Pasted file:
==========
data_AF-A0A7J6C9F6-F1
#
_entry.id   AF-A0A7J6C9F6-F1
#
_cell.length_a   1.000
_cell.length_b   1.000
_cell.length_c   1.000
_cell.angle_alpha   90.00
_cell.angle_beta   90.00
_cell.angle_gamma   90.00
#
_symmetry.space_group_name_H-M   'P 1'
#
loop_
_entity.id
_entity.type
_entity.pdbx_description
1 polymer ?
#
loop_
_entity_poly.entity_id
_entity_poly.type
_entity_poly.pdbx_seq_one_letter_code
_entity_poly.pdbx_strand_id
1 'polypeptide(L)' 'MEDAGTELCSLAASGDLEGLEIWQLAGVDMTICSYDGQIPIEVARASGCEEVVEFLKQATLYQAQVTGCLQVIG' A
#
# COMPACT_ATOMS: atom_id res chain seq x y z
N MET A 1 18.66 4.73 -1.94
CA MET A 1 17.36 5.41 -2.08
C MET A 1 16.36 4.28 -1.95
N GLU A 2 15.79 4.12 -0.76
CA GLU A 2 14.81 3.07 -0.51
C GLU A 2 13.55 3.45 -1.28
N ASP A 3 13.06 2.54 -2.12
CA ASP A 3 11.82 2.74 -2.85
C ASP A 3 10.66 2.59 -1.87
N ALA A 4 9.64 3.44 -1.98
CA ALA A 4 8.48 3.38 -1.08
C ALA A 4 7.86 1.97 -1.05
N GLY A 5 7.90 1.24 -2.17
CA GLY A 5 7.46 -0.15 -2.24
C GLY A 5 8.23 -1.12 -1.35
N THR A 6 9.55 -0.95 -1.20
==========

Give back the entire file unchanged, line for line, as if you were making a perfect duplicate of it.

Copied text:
data_AF-A0A7J6C9F6-F1
#
_entry.id   AF-A0A7J6C9F6-F1
#
_cell.length_a   1.000
_cell.length_b   1.000
_cell.length_c   1.000
_cell.angle_alpha   90.00
_cell.angle_beta   90.00
_cell.angle_gamma   90.00
#
_symmetry.space_group_name_H-M   'P 1'
#
loop_
_entity.id
_entity.type
_entity.pdbx_description
1 polymer ?
#
loop_
_entity_poly.entity_id
_entity_poly.type
_entity_poly.pdbx_seq_one_letter_code
_entity_poly.pdbx_strand_id
1 'polypeptide(L)' 'MEDAGTELCSLAASGDLEGLEIWQLAGVDMTICSYDGQIPIEVARASGCEEVVEFLKQATLYQAQVTGCLQVIG' A
#
# COMPACT_ATOMS: atom_id res chain seq x y z
N MET A 1 18.66 4.73 -1.94
CA MET A 1 17.36 5.41 -2.08
C MET A 1 16.36 4.28 -1.95
N GLU A 2 15.79 4.12 -0.76
CA GLU A 2 14.81 3.07 -0.51
C GLU A 2 13.55 3.45 -1.28
N ASP A 3 13.06 2.54 -2.12
CA ASP A 3 11.82 2.74 -2.85
C ASP A 3 10.66 2.59 -1.87
N ALA A 4 9.64 3.44 -1.98
CA ALA A 4 8.48 3.38 -1.08
C ALA A 4 7.86 1.97 -1.05
N GLY A 5 7.90 1.24 -2.17
CA GLY A 5 7.46 -0.15 -2.24
C GLY A 5 8.23 -1.12 -1.35
N THR A 6 9.55 -0.95 -1.20